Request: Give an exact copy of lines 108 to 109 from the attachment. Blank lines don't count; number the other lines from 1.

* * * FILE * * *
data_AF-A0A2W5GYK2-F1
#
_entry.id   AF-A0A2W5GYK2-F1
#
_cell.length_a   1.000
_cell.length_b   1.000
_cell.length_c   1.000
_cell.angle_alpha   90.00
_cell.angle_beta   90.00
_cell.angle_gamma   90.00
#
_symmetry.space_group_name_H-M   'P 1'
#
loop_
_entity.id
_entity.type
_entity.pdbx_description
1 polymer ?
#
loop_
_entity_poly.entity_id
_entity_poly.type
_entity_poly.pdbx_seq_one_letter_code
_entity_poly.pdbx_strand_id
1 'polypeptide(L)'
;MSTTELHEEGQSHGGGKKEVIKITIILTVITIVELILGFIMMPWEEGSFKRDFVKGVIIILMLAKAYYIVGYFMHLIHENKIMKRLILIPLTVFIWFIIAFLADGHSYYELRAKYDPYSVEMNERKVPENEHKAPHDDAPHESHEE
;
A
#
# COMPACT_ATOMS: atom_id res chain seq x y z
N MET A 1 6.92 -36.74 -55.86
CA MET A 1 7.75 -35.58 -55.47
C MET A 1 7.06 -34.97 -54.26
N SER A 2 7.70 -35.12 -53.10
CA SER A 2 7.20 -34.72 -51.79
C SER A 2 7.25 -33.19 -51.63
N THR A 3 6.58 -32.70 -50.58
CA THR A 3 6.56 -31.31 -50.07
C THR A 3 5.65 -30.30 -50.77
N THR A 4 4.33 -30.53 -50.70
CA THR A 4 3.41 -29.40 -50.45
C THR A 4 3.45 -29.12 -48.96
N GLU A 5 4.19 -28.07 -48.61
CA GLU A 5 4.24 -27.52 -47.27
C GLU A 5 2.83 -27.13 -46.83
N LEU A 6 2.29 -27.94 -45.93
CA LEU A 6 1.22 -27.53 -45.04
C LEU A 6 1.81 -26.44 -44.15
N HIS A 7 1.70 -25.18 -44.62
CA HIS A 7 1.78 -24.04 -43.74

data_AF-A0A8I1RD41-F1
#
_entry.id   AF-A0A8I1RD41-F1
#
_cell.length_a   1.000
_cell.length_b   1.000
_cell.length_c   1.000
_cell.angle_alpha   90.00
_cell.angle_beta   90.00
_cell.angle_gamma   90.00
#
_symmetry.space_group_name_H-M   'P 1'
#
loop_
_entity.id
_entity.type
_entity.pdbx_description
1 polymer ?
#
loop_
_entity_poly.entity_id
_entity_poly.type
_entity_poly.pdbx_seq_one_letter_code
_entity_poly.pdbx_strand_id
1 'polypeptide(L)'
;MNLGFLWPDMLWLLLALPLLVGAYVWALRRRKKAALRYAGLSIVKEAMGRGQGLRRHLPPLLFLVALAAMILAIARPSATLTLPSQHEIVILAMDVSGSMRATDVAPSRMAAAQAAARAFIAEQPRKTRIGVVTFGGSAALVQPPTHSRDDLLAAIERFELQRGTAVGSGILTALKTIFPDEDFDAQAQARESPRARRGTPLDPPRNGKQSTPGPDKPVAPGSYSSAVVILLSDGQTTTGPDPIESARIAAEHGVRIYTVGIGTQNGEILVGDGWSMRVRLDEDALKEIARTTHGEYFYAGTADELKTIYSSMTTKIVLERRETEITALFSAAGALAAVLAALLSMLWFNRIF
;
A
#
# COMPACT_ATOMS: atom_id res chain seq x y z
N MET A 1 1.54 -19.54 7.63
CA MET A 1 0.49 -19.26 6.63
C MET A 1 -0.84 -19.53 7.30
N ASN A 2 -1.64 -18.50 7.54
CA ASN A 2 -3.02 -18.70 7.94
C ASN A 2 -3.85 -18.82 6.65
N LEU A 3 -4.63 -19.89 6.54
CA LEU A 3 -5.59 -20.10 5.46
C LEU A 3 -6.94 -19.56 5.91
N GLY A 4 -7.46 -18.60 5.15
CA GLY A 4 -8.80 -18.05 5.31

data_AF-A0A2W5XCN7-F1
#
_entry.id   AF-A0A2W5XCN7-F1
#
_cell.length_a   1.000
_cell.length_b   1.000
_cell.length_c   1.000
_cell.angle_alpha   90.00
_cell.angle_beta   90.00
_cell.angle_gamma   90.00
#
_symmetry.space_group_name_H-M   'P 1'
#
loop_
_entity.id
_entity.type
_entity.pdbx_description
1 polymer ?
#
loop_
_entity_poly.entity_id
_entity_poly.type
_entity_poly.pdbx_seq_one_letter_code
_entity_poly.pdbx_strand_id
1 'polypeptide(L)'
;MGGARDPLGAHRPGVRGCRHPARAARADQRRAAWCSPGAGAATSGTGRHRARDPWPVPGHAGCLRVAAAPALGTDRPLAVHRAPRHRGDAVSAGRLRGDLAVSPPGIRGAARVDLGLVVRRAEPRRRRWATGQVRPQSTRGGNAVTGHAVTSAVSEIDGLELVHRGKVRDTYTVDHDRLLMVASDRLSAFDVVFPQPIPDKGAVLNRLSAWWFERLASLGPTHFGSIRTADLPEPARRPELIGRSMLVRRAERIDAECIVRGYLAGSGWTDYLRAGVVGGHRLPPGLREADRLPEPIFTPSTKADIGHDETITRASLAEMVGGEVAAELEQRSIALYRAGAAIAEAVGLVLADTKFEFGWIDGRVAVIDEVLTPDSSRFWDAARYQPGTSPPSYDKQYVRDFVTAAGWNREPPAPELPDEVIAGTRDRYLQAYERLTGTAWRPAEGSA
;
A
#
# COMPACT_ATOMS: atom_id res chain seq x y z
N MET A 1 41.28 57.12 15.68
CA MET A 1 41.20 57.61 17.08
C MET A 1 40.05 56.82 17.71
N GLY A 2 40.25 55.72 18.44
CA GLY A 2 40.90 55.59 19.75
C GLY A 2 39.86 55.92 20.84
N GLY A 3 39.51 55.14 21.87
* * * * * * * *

_entity.pdbx_description
1 polymer ?